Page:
Mithya Ep 1, 2 Review: Huma Qureshi, Avantika Dassani’s thriller is an intricate web that lures curiosity

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Mithya Ep 1, 2 Review: Huma Qureshi, Avantika Dassani’s thriller is an intricate web that lures curiosity


Series name: Mithya

Cast: Huma Qureshi, Avantika Dassani, Parambrata Chattopadhyay, Rajit Kapur, Indraneil Sengupta, Samir Soni

Director: Rohan Sippy

Streaming Platform: Zee5

 

In the first few minutes of the first episode of Mithya, we see professor Juhi Adhikary (Huma Qureshi), staring at a cobweb above her bed. This every day and mundane image turns out to be the perfect foreshadowing for what her life is heading towards – an intricate trap of truths, half-truths, and lies, after she accuses her student, Rhea Rajguru (Avantika Dassani) of plagiarising an essay. As things between Juhi and Rhea spiral, they find themselves in a twisted and murky route, ultimately leading to a murder. Will Juhi make out of it, or will she find herself getting more entangled in the web with each passing day? This is what makes up the plot for Rohan Sippy’s Mithya.

The world of Mithya is aptly located in the hilly, misty, and cold city of Darjeeling. The lives and personas of the two protagonists almost mirror the city’s landscape and weather. Huma’s Juhi is fidgety and anxious, like one would feel in the steep, narrow turnings in hilly roads. And Avantika’s Rhea has a mysteriousness coldness about her. Moreover, the truth, or at least the versions of truth that the viewers, much like most characters in the series, are in the lookout for, keep getting lost amidst the fog. Director Rohan Sippy and director of photography Sirsha Ray attempt to make the most out of Darjeeling’s setting to accentuate the mood of this psychological thriller, and succeed to quite an extent.

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Huma Qureshi as Juhi Adhikary is convincing. She lures us inside her world, professional ambitions, her motives and reasons behind her choices, and her shaky marriage with husband Neil Adhikary (Parambrata Chattopadhyay).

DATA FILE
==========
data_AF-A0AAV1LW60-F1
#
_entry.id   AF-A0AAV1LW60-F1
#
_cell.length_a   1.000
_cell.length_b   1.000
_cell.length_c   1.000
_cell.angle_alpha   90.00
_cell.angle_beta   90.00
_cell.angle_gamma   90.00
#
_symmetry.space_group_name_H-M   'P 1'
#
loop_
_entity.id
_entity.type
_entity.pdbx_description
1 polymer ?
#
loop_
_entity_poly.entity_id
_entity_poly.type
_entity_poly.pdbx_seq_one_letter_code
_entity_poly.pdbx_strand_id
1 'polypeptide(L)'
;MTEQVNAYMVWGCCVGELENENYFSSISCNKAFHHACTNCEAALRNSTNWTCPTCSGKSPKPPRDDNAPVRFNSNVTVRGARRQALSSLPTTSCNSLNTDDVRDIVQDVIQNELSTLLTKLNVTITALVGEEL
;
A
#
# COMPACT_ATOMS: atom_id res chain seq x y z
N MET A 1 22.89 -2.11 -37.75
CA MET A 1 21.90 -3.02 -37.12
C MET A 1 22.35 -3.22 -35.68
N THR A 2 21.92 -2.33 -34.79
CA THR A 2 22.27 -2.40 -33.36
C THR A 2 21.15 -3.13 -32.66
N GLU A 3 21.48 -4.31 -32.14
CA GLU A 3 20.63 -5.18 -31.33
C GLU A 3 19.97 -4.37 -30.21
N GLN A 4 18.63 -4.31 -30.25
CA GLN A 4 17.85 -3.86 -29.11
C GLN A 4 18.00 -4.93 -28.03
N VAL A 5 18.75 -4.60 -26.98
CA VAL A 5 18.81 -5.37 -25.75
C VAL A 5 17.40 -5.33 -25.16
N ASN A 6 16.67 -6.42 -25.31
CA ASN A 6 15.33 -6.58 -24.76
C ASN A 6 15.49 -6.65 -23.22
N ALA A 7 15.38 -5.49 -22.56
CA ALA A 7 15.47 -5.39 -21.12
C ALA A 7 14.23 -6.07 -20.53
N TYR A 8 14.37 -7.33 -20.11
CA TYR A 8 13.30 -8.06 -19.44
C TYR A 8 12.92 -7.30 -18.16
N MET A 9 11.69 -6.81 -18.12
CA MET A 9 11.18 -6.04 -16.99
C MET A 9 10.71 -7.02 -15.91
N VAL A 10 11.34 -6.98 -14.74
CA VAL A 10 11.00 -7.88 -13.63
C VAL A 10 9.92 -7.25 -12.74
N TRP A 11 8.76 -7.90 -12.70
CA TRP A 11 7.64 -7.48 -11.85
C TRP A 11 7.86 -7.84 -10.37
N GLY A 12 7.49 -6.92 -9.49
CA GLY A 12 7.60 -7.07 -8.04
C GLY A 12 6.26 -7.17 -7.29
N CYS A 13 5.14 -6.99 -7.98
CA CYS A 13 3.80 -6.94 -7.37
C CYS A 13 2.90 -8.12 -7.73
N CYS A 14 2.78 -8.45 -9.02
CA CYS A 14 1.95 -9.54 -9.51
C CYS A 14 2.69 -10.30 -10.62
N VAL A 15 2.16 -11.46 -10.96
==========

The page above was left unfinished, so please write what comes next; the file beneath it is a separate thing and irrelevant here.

Debutante Avantika Dassani’s Rhea Rajguru is supposed to an edgy and ‘spaced out’ young university student who barges into her professor’s cabin, and even finds it in her to blackmail her teacher. In Juhi’s words, she embodies the perfect ‘brat’. To Dassani’s credit, she does create an air of mystery, curiosity around her persona, which adds to the suspense and thrill.

However, she falls short in emoting. Her tone remains the same throughout all her conversations, and at some point in the series, it might irk you. The remaining four episodes still have room for Rhea’s character arch, and one would need to watch the entire series to decide if Dassani remains consistent with her tone and expressions, or brings layers to them as well.

All in all, writers Anvita Dutt, Athlea Kaushal, and Purva Naresh (Dialogue) create a decent dose of suspense in this series, which is an adaptation of the 2019 British Drama, ‘Cheat’. Mithya is a good enough thriller to make you want to click on the subsequent episode and find out who wins this battle of lies, manipulation, and truth. Or do both Juhi, and Rhea suffer the consequences of their pasts, choices, and actions? The next four episodes will have the answer.

Also Read: Rohan Sippy on Mithya: Its a British show and we are making an Indian version of it





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